Millions lost to trade in smuggled cigarettes

Cigarette smuggling cost the Government €556m in lost taxes and duty last year, it was revealed today.

Cigarette smuggling cost the Government €556m in lost taxes and duty last year, it was revealed today.

Retailers also wrote off €692m euro in lost sales due to the lucrative illegal trade, although nine shops are being investigated by customs officers for selling counterfeit brands.

A review by cigarette giant Japan Tobacco International (JTI) found customs seized 218.5 million cigarettes last year, valued at just over €92m.

Finance Minister Brian Lenihan said he did not increase excise on cigarettes in the December budget fearing the already high price – around €8.45 euro for a pack of 20 – could contribute further to the smuggling problem.

“Tobacco smuggling is a serious problem for Ireland. It deprives the state of the revenues from the sale of legitimate products, and is damaging to both the tobacco industry and the retail trade,” the minister said.

“The tobacco industry itself has a crucial contribution to make in dealing with the threats posed by smuggling.

“I did not increase the excise duty on tobacco products in my December Budget as I believe the high price is contributing to increased cigarette smuggling.”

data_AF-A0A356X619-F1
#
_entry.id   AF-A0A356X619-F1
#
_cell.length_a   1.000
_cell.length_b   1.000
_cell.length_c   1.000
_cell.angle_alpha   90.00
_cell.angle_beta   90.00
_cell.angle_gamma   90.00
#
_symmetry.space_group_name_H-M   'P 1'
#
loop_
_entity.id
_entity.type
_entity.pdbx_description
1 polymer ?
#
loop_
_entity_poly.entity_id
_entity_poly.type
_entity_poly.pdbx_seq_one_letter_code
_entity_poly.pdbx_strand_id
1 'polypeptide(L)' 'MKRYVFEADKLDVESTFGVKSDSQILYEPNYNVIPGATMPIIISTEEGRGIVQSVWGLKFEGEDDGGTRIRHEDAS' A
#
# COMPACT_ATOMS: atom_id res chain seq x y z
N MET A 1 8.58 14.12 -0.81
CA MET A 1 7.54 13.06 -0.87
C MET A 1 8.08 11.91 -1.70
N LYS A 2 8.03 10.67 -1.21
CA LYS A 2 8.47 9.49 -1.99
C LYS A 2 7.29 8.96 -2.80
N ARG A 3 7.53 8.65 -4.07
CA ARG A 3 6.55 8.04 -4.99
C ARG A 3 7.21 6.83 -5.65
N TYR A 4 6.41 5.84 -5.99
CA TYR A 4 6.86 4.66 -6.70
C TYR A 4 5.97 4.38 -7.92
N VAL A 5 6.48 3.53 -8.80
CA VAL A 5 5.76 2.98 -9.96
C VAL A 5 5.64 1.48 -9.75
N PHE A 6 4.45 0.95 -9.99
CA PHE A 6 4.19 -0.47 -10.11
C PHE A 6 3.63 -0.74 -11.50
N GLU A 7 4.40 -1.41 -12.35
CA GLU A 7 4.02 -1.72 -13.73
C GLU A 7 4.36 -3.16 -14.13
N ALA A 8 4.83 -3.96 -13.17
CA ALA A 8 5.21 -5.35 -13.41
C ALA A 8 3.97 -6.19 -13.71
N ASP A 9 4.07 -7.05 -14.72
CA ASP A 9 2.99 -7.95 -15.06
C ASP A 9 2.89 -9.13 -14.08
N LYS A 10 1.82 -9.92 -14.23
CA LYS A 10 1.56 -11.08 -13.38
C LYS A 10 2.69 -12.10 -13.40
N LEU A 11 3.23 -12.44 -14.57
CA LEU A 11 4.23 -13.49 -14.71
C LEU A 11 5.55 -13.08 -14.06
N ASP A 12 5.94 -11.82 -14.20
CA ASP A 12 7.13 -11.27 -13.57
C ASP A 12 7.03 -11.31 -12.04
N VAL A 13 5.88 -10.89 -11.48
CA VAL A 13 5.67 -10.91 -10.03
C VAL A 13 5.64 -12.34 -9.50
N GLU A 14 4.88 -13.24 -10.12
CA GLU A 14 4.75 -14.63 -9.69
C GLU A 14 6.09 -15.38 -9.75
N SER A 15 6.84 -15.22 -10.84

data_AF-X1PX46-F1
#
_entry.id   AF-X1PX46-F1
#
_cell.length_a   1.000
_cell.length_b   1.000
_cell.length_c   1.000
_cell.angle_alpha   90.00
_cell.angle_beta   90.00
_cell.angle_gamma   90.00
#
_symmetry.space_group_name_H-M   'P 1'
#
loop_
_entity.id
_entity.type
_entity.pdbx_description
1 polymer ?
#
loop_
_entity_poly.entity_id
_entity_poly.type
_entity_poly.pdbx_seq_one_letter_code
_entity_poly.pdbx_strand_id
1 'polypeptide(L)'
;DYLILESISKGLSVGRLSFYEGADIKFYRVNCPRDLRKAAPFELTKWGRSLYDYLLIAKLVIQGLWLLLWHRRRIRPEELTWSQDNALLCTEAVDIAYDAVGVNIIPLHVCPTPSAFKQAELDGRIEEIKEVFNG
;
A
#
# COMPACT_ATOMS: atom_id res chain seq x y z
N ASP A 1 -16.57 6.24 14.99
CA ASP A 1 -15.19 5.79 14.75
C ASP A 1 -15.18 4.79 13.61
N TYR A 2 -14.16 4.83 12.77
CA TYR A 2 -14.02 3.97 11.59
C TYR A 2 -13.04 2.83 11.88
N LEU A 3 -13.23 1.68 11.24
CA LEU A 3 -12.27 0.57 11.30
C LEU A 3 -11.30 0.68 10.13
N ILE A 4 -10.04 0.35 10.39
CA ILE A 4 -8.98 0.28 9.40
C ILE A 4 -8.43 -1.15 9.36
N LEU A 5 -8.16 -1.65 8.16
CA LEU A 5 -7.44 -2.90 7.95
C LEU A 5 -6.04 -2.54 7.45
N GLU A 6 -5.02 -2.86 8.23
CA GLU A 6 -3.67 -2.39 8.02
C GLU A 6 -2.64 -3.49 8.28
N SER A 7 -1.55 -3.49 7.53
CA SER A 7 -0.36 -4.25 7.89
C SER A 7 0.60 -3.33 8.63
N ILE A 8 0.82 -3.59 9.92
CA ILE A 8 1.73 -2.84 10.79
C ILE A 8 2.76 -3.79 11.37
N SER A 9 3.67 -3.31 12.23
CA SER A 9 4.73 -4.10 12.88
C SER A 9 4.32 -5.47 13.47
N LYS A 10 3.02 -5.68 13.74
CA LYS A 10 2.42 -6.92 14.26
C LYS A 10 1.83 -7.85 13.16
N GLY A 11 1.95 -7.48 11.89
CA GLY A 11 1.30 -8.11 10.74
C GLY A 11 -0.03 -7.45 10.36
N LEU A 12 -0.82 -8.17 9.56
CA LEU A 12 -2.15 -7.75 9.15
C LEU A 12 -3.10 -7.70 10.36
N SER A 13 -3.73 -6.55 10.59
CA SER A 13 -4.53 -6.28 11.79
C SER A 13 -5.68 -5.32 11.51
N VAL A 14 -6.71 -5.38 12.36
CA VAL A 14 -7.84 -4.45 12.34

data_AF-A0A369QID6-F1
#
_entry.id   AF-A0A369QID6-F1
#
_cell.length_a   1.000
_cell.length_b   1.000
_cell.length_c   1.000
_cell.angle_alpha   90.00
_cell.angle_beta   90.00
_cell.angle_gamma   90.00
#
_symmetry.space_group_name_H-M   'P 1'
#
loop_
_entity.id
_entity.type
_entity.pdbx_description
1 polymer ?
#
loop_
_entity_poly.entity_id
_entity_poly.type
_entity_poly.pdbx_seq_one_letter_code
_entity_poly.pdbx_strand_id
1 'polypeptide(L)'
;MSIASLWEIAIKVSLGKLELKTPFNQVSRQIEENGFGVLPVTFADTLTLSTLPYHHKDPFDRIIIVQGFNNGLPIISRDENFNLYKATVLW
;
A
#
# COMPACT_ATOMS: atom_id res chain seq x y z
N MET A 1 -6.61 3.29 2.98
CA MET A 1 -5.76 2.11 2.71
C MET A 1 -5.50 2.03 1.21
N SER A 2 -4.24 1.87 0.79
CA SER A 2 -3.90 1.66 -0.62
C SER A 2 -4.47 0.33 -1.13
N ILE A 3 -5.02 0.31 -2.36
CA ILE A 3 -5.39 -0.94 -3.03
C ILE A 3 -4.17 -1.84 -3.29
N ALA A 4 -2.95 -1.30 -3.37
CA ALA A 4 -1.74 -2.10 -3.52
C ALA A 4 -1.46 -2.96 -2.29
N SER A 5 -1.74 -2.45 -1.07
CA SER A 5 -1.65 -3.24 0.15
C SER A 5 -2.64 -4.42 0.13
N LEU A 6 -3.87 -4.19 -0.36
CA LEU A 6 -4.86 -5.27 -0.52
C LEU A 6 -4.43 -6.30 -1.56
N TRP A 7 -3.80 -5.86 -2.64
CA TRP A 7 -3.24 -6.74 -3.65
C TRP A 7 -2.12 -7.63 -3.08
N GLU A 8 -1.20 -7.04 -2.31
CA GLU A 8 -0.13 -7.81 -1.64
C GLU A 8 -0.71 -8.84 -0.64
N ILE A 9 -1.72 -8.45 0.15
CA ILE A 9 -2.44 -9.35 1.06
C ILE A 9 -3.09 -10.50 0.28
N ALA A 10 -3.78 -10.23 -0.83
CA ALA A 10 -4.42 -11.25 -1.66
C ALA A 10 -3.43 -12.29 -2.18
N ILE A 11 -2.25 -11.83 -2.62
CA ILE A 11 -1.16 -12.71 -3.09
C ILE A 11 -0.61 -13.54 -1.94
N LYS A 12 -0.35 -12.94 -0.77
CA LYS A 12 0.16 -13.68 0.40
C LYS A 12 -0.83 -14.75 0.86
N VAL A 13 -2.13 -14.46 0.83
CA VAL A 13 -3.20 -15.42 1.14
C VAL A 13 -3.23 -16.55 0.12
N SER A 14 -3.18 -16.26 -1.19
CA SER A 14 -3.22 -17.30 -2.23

JTI said the most common platforms for selling illegal cigarettes were unlicensed street markets and door-to-door sales, with even bread vans and a postman reported to be engaged in the trade in 2009.

But the study reveals an upsurge in the number of legitimate shops trading in counterfeit goods, with nine retailers being investigated by customs last year.

JTI said it is taking a zero tolerance approach to such behaviour and took the “unprecedented” decision to cease trading with a shop in the midlands believed to be selling counterfeit Benson & Hedges Gold Kingsize.

Cease and desist letters were also sent to three other shops thought to be dabbling in the trade.

JTI warned inadequate penalties, low fines, and unregulated street markets continued to make the illicit trade of tobacco a common choice for criminals in Ireland.

It said there was a growing link between the trade and hard-core criminality.

The study claimed a smuggled 40 foot container load of 7.5 million cigarettes can net a profit of €1.3m for gangs, yet the average fine was around €1,000 in 2009

Other key findings from the JTI review include:

:: 60% of all tobacco seized at sea or ports last year was counterfeit, with the remaining 40% contraband.

:: Of the total 218.5 million cigarettes seized, around a half were JTI brands, all counterfeit.

Martin Southgate, JTI Ireland’s general manager, said to tackle the trade revenue must be properly resourced to target smugglers while Government should avoid hiking excise duty.

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